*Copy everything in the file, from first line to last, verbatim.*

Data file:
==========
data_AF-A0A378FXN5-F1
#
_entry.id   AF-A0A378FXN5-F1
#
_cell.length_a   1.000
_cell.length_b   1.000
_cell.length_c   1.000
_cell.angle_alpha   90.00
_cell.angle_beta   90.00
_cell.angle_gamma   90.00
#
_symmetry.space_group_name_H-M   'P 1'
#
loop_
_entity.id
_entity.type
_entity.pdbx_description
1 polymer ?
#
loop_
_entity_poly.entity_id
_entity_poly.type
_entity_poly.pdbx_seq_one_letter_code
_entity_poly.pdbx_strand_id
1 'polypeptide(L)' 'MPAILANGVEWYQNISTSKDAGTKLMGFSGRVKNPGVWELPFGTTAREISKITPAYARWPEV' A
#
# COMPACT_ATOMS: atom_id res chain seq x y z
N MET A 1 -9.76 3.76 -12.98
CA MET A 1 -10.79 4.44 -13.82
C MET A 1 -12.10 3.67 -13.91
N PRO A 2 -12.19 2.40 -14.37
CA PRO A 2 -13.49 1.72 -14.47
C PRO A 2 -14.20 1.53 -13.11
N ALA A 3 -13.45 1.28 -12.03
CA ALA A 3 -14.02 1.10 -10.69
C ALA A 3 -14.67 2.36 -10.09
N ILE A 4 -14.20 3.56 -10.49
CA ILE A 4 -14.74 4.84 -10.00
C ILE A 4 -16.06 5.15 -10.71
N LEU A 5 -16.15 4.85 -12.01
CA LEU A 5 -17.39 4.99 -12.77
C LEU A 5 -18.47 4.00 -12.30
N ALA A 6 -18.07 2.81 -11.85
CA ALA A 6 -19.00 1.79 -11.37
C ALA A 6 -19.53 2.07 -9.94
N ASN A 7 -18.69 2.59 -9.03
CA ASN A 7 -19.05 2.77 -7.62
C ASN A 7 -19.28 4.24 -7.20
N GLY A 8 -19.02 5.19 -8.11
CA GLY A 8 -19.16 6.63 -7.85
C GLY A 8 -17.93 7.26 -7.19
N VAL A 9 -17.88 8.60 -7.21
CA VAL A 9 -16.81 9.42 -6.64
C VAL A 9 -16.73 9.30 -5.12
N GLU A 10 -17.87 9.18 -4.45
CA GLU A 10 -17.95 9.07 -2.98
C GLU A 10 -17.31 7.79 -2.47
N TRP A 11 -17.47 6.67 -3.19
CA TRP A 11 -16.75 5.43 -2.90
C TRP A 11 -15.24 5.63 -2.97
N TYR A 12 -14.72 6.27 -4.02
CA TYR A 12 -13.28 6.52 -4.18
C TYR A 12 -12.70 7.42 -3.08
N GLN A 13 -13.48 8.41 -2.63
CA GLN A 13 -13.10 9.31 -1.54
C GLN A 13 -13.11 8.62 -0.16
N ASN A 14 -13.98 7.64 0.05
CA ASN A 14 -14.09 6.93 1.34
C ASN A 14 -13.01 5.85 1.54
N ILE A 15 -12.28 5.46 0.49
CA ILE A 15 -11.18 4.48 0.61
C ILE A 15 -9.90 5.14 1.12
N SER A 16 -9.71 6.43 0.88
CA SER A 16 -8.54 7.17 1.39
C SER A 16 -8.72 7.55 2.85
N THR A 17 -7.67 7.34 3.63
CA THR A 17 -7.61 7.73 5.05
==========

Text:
data_AF-A0A378FXN5-F1
#
_entry.id   AF-A0A378FXN5-F1
#
_cell.length_a   1.000
_cell.length_b   1.000
_cell.length_c   1.000
_cell.angle_alpha   90.00
_cell.angle_beta   90.00
_cell.angle_gamma   90.00
#
_symmetry.space_group_name_H-M   'P 1'
#
loop_
_entity.id
_entity.type
_entity.pdbx_description
1 polymer ?
#
loop_
_entity_poly.entity_id
_entity_poly.type
_entity_poly.pdbx_seq_one_letter_code
_entity_poly.pdbx_strand_id
1 'polypeptide(L)' 'MPAILANGVEWYQNISTSKDAGTKLMGFSGRVKNPGVWELPFGTTAREISKITPAYARWPEV' A
#
# COMPACT_ATOMS: atom_id res chain seq x y z
N MET A 1 -9.76 3.76 -12.98
CA MET A 1 -10.79 4.44 -13.82
C MET A 1 -12.10 3.67 -13.91
N PRO A 2 -12.19 2.40 -14.37
CA PRO A 2 -13.49 1.72 -14.47
C PRO A 2 -14.20 1.53 -13.11
N ALA A 3 -13.45 1.28 -12.03
CA ALA A 3 -14.02 1.10 -10.69
C ALA A 3 -14.67 2.36 -10.09
N ILE A 4 -14.20 3.56 -10.49
CA ILE A 4 -14.74 4.84 -10.00
C ILE A 4 -16.06 5.15 -10.71
N LEU A 5 -16.15 4.85 -12.01
CA LEU A 5 -17.39 4.99 -12.77
C LEU A 5 -18.47 4.00 -12.30
N ALA A 6 -18.07 2.81 -11.85
CA ALA A 6 -19.00 1.79 -11.37
C ALA A 6 -19.53 2.07 -9.94
N ASN A 7 -18.69 2.59 -9.03
CA ASN A 7 -19.05 2.77 -7.62
C ASN A 7 -19.28 4.24 -7.20
N GLY A 8 -19.02 5.19 -8.11
CA GLY A 8 -19.16 6.63 -7.85
C GLY A 8 -17.93 7.26 -7.19
N VAL A 9 -17.88 8.60 -7.21
CA VAL A 9 -16.81 9.42 -6.64
C VAL A 9 -16.73 9.30 -5.12
N GLU A 10 -17.87 9.18 -4.45
CA GLU A 10 -17.95 9.07 -2.98
C GLU A 10 -17.31 7.79 -2.47
N TRP A 11 -17.47 6.67 -3.19
CA TRP A 11 -16.75 5.43 -2.90
C TRP A 11 -15.24 5.63 -2.97
N TYR A 12 -14.72 6.27 -4.02
CA TYR A 12 -13.28 6.52 -4.18
C TYR A 12 -12.70 7.42 -3.08
N GLN A 13 -13.48 8.41 -2.63
CA GLN A 13 -13.10 9.31 -1.54
C GLN A 13 -13.11 8.62 -0.16
N ASN A 14 -13.98 7.64 0.05
CA ASN A 14 -14.09 6.93 1.34
C ASN A 14 -13.01 5.85 1.54
N ILE A 15 -12.28 5.46 0.49
CA ILE A 15 -11.18 4.48 0.61
C ILE A 15 -9.90 5.14 1.12
N SER A 16 -9.71 6.43 0.88
CA SER A 16 -8.54 7.17 1.39
C SER A 16 -8.72 7.55 2.85
N THR A 17 -7.67 7.34 3.63
CA THR A 17 -7.61 7.73 5.05